Peripheral neuropathies caused by exogenous toxins or dysmetabolic states are relatively common. Most present as motor–sensory polyneuropathy, usually axonal in type. The underlying pathophysiology of such polyneuropathies is discussed in the previous chapter (Chapter 65).
First noticeable symptoms tend to be sensory and consist of tingling, prickling, burning, or band-like dysesthesias in the balls of the feet, in the tips of the toes, or generally over the soles. Symmetry of symptoms and findings in a distal graded fashion is the rule, but occasionally dysesthesias appear in the sole of one foot a brief time before the other one, or perhaps are more pronounced in one foot at first. Care must be used to avoid confusion with a mononeurothapy multiplex, in which initial sensory symptoms tend to appear in the distributions of individual digital nerves, usually asymmetrically, and in either a hand or a foot.
As a polyneuropathy worsens, both weakness and usually pansensory deficit and loss of tendon jerks spread more or less concurrently in a centripetal and symmetrical fashion, and if severe enough, involve even the torso and the axial parts of the body as well as the limbs. Numbness and imbalance are the main sensory features and are usually accompanied by positive symptoms, dysesthesias and pain. As a rule, pain in polyneuropathy is dysesthetic in character and is most prominent distally, but there is often an accompanying nerve trunk component. The character of this is deep aching pain and is generally experienced more proximally than the dysesthetic pain (Asbury, 1990; Asbury & Fields, 1984).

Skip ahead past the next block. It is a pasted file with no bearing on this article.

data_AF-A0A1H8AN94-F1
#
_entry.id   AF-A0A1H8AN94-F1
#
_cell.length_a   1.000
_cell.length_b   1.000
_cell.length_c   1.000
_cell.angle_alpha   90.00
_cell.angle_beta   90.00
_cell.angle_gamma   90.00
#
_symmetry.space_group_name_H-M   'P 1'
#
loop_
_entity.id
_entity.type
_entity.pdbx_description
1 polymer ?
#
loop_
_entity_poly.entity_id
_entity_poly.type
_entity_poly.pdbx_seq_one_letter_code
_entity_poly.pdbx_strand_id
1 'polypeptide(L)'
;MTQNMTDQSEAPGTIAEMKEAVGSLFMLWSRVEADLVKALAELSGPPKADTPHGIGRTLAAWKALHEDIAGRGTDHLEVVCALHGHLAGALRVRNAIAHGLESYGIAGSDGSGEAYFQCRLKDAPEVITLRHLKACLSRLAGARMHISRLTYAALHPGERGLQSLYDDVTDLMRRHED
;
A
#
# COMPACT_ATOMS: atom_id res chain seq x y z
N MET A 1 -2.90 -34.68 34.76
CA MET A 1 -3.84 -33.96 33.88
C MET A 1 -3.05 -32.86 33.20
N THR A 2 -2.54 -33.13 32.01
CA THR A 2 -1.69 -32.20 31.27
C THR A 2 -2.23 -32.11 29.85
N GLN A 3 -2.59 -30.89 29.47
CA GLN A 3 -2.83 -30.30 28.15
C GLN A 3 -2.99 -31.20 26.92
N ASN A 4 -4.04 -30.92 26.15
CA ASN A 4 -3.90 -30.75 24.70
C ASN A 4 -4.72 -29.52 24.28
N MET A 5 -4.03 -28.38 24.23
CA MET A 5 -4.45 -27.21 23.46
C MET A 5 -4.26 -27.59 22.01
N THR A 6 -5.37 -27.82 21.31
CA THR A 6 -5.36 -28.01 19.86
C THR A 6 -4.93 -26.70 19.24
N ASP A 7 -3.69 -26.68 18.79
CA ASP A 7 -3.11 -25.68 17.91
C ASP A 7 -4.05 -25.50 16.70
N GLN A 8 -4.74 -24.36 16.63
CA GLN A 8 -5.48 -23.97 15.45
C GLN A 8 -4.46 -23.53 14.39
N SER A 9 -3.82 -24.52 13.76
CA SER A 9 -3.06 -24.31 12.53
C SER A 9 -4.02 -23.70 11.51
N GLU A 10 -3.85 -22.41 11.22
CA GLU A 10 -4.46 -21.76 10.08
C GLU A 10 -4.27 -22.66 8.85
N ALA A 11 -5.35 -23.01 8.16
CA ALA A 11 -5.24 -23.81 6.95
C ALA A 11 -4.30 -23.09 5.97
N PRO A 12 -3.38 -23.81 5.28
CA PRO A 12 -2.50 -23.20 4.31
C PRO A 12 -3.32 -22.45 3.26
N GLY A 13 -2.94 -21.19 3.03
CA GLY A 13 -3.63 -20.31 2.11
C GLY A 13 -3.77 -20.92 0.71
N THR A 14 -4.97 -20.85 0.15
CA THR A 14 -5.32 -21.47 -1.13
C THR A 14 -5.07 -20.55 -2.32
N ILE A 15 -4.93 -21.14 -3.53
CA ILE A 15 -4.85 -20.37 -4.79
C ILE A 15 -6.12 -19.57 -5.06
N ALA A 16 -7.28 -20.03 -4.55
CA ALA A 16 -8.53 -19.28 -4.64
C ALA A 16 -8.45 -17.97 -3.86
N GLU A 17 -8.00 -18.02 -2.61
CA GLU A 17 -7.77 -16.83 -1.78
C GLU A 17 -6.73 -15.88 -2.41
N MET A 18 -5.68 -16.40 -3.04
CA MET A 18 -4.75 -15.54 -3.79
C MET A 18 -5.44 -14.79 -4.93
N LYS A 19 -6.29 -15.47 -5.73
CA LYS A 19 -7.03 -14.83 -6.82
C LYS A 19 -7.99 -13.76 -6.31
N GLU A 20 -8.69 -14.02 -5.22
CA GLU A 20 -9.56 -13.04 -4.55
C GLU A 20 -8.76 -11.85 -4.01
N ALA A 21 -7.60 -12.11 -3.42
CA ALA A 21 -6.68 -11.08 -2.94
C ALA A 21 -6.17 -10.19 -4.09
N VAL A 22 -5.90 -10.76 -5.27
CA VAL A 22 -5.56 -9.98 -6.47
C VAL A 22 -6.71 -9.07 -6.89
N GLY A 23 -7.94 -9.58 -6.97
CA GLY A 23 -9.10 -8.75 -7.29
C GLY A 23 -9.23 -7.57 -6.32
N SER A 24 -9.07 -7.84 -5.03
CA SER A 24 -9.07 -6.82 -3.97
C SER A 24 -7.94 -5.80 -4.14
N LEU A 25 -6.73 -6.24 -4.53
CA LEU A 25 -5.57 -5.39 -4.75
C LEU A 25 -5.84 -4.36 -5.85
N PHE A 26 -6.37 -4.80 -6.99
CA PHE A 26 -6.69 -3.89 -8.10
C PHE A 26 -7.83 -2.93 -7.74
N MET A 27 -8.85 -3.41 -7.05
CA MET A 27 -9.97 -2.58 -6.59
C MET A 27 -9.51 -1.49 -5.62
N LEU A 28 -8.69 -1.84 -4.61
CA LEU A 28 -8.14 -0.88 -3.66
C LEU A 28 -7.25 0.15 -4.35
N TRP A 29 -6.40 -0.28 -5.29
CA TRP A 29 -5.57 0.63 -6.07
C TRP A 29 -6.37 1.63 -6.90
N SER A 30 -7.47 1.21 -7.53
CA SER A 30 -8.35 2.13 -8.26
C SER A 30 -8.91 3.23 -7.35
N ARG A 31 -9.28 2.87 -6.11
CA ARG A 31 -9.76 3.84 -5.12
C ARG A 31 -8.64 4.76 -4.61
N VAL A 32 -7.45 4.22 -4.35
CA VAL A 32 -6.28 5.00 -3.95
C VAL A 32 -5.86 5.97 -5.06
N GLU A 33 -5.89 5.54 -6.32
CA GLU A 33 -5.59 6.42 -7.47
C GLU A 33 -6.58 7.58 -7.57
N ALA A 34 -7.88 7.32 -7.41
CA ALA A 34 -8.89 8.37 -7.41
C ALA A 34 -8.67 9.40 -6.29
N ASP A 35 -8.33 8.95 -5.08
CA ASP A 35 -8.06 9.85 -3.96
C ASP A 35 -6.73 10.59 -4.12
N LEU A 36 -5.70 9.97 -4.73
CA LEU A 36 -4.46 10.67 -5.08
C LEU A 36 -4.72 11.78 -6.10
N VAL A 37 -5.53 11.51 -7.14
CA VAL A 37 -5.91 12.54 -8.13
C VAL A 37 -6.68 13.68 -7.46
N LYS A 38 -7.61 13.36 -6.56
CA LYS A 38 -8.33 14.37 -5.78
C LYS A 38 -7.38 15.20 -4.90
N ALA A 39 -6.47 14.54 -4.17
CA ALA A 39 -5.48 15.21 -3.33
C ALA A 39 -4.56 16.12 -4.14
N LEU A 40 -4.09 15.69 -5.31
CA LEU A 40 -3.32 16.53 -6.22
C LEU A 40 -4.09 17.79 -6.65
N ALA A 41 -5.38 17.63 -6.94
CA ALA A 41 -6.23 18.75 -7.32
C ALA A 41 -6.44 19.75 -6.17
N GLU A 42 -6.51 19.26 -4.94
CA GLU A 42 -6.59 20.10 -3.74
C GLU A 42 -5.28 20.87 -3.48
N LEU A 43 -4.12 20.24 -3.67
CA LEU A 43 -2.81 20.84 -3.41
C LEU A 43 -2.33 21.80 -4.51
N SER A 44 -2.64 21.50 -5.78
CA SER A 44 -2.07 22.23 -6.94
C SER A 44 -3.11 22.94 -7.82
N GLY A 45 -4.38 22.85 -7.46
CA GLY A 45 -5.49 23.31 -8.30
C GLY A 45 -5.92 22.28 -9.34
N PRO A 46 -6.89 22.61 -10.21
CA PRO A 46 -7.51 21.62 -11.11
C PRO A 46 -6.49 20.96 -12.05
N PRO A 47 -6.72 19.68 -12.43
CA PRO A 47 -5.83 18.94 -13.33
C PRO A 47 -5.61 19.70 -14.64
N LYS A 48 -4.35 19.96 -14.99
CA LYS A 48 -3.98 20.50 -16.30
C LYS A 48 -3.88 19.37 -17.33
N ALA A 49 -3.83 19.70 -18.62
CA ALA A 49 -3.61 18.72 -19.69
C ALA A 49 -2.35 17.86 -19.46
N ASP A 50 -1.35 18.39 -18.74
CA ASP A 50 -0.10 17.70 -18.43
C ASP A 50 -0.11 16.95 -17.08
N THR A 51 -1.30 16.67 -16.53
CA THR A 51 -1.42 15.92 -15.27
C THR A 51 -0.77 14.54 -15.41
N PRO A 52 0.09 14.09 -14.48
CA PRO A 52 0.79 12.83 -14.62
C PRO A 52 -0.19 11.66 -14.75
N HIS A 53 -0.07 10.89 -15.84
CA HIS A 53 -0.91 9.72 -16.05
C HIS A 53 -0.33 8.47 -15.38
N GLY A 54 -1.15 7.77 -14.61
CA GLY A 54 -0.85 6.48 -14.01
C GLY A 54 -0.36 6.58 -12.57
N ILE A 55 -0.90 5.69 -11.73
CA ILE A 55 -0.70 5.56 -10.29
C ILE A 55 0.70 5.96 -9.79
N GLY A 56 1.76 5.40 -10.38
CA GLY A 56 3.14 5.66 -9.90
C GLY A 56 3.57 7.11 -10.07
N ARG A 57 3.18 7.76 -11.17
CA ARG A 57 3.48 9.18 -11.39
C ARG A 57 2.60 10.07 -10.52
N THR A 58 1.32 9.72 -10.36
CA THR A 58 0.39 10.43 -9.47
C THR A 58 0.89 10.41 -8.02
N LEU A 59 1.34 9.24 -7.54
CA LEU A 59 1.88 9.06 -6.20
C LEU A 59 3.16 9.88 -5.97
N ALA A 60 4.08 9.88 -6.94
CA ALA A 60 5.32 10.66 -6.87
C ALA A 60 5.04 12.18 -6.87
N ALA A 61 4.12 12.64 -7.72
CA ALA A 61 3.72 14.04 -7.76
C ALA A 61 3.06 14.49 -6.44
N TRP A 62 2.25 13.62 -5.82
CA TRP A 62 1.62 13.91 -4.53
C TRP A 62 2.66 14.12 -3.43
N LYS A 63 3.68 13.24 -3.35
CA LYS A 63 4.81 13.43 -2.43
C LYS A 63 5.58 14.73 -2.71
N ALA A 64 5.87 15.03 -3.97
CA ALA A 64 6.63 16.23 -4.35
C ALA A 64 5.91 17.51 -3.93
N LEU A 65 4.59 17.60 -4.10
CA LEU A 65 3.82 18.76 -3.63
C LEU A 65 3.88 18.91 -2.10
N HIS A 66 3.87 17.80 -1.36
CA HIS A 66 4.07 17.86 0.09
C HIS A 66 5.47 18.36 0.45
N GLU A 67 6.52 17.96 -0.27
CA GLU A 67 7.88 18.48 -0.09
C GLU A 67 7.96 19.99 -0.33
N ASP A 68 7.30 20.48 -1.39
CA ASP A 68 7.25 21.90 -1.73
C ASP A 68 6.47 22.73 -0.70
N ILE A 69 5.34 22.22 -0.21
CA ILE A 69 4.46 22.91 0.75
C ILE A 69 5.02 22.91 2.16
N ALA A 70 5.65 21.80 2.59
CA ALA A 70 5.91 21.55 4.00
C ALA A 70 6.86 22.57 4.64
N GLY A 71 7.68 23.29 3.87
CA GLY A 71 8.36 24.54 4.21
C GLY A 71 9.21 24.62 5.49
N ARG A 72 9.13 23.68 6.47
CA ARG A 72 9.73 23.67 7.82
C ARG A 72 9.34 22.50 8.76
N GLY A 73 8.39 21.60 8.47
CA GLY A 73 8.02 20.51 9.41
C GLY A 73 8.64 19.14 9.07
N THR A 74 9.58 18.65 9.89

When sensory disturbance is severe and ascends to midthigh in the legs and to the elbows, a tent-shaped area of hypesthesia on the lower abdomen may be demonstrated. This grows broader and the apex extends rosterally toward the sternum or higher as the neuropathy worsens. This tent-shaped sensory disturbance on the anterior torso is nerve-length dependent and in this case involves dying back of the segmental truncal nerves. It can be mistaken for sensory deficit of spinal cord origin if care is not taken to check for a sensory level posteriorly on the back and to outline with care the precise area of deficit.